In honor of last night’s performance by the Eagles’ defense…
<Whistle> “Un-football-like conduct!” Penalty will be 16 games of struggling to stop opponents.
Alright, alright…I know…bad joke.
But damn, the penalties last night were out of control. It was beyond ridiculous how many flags were flying…on both sides!
Penalties have been just part of the problem for the Eagles’ defense. The rest of it has been their overall ineptness at stopping their opponents. Yes, it’s preseason. But yes, it’s concerning.
The continued trend of being unable to get off the field — particularly on third-downs — is becoming increasingly troublesome now that we have witnessed two games and only have three weeks to fix things before the season opener.
Hell, Cary Williams evens feels a little concerned, but did leave some room for hope:
Cary on Eagles D: “If I said it wasn’t a concern, I’d be lying. …But you also have to take into consideration we’re not showing everything.”
And therein lies part of an explanation for the wretchedness we’ve seen on defense these past two weeks.
Cary is certainly on to something there and his second sentence is part of why we should back away from the proverbial cliff in regards to the defense. In these first two preseason games, Bill Davis has kept the scheme vanilla for the most part.
There hasn’t been much stunting or blitzing and no devising of any game plans.
Furthermore, and perhaps even more importantly, Davis has been mixing in backups with the first team guys in order to get a better evaluation of particular players.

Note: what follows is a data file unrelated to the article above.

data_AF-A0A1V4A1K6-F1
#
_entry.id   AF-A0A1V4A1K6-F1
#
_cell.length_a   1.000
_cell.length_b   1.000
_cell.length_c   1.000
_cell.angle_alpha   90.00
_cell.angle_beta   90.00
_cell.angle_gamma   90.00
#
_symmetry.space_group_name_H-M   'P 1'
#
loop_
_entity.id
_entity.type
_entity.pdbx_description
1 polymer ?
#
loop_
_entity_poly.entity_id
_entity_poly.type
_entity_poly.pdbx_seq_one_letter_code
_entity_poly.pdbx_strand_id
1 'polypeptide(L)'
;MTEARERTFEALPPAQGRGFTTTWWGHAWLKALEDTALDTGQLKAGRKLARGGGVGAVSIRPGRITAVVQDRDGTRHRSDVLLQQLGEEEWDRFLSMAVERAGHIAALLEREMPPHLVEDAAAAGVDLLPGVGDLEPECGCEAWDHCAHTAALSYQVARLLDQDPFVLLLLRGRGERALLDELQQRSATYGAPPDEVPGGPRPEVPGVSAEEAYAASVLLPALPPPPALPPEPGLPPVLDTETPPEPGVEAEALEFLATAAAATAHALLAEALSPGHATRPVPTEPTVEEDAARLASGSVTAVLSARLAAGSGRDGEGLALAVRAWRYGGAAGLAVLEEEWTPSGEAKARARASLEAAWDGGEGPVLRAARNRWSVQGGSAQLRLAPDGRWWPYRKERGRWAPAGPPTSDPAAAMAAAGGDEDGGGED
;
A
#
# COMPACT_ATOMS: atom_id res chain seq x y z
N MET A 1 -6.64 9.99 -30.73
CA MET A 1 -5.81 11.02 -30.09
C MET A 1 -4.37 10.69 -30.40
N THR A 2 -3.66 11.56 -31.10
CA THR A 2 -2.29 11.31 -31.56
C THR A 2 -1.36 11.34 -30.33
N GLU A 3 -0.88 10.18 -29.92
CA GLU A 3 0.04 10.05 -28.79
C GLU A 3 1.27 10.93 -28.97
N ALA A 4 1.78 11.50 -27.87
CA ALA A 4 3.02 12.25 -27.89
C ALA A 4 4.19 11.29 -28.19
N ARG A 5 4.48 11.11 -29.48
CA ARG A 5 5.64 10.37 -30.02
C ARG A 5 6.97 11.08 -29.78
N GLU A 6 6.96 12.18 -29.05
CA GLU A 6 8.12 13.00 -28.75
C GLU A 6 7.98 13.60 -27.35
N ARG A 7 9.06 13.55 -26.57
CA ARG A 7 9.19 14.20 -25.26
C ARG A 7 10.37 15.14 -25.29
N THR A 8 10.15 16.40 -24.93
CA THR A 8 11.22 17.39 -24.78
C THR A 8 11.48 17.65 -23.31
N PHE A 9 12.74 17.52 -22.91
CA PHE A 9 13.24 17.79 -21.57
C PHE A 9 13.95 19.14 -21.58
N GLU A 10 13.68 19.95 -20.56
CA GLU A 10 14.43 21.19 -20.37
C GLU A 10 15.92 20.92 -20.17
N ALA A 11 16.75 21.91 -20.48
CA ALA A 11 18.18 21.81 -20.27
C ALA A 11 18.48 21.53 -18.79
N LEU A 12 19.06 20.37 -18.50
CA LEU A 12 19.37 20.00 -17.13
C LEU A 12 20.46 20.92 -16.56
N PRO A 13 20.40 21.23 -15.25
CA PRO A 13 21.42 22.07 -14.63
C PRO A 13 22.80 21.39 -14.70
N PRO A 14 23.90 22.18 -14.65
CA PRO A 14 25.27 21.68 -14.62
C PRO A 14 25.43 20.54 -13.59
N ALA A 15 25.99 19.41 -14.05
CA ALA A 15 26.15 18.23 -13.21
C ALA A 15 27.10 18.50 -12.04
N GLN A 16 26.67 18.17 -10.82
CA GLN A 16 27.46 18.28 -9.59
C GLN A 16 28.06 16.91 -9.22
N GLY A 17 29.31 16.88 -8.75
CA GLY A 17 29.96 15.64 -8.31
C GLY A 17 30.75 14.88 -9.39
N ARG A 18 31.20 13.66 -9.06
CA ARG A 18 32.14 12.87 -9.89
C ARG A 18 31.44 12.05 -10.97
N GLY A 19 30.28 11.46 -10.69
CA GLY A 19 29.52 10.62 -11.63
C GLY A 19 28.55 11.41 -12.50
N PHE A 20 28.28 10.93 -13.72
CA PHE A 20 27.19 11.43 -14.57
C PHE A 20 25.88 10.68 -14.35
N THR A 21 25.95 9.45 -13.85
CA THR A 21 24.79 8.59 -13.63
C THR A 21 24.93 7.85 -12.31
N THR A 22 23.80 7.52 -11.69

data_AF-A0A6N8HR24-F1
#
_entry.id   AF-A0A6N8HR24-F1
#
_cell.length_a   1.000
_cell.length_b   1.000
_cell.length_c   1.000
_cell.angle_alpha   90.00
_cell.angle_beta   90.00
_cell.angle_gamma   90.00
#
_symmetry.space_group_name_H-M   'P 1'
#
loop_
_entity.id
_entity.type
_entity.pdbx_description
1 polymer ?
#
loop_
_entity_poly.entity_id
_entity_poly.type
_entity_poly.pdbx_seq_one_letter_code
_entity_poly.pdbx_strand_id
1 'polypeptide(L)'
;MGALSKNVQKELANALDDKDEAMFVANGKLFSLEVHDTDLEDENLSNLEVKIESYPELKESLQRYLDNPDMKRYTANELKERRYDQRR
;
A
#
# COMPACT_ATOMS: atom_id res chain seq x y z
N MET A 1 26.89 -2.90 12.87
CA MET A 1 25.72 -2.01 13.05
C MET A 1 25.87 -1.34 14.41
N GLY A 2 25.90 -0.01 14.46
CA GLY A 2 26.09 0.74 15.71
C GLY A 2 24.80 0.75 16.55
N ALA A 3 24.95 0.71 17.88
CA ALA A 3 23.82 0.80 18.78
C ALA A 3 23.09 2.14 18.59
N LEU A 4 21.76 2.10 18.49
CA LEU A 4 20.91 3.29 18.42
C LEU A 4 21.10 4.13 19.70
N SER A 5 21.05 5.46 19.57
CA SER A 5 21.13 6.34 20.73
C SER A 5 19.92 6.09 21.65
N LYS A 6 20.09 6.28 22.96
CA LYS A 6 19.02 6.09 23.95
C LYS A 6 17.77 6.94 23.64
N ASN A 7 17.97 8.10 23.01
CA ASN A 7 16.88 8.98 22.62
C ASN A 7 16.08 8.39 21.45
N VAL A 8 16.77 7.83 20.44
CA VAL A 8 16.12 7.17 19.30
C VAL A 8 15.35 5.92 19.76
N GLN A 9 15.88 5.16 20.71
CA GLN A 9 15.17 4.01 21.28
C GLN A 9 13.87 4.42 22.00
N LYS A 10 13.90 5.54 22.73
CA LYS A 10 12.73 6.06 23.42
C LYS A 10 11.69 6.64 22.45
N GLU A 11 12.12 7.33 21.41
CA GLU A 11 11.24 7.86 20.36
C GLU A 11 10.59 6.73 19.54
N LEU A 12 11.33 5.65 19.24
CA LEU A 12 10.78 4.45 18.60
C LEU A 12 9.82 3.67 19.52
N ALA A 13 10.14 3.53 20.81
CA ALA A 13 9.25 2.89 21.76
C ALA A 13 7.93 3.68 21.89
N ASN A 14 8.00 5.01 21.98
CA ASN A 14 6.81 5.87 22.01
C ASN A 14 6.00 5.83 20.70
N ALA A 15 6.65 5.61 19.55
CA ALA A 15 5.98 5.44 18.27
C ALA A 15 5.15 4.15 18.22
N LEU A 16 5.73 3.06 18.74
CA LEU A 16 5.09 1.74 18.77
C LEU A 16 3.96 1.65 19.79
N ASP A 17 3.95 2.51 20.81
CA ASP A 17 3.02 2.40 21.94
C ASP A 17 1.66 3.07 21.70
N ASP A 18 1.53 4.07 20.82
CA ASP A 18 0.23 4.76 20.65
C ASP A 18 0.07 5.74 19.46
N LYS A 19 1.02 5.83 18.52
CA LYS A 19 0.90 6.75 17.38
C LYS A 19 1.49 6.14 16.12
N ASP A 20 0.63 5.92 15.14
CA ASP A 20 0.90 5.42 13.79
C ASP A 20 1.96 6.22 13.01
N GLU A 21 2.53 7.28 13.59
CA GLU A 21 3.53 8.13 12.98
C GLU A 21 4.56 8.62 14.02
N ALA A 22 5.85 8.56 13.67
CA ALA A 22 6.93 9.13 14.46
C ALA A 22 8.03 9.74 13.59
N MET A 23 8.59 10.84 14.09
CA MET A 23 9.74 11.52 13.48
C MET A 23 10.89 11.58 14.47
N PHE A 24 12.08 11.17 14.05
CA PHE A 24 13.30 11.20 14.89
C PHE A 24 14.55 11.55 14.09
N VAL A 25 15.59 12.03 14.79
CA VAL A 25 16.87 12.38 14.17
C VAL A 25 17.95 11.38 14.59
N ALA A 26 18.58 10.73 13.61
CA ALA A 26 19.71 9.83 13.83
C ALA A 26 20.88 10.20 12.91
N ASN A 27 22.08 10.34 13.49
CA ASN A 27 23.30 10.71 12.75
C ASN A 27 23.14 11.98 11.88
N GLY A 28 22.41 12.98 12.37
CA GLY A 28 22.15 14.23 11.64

Here’s what Davis stated after last week’s game:
Yeah, third down wasn’t a good night for us. But one of the products of that is I really am trying to evaluate. It’s harder than you think to hold to base four-man rushes and coverage calls to evaluate a four‑man rush and evaluate our coverage.
I knew halfway through that we were struggling on third down, and we were losing different one‑on‑one battles, but you can go to the pressure package, if you want. But it takes you away from the evaluation process. So the whole goal is to evaluate and grow the players, and that’s what we’re working on right now. It hurt a little bit on third down.
That philosophy continued against the Patriots. Davis is using this time to evaluate players in one-on-one situations in order to see where they’re at and whether they can simply “just play.”
And here’s what he said (after last week’s game) in regards to getting the twos and threes against the ones:
We’ll try to do that a little more Friday night but we’re also going to try to do it in practice against New England, so we can see our twos or threes against their ones. It’s easier to do it there than in the games.
The hard part about the games you don’t know how many more reps are left. How many three‑and‑outs are going to happen. Or the other night we had a 16-play drive we didn’t want, but all those young guys got a lot of reps, so that goes back and forth. So against New England in practice, we’ll definitely be moving the roster around for evaluation purposes.
So, because this is the philosophy, we certainly can’t expect to see a well-oiled machine out there on the field. Davis is putting player evaluation above the effectiveness of the unit as a whole.
And that, hopefully, will benefit the defense as a whole once the season begins.
While it looks concerning right now when we watch them in game action, we have to take these factors into consideration. It may not excuse individual players from losing too many one-on-one battles, but it does put perspective on the unit as a whole.
Perhaps we can think of this defense as being in “beta testing mode” right now. When the final product rolls out into production and the games count, we’ll see just how much this unit has truly improved…or how much it hasn’t.
If you’re looking for some hope in regards to the defense and want to see the glass as half full, this is about the best we can cling to right now.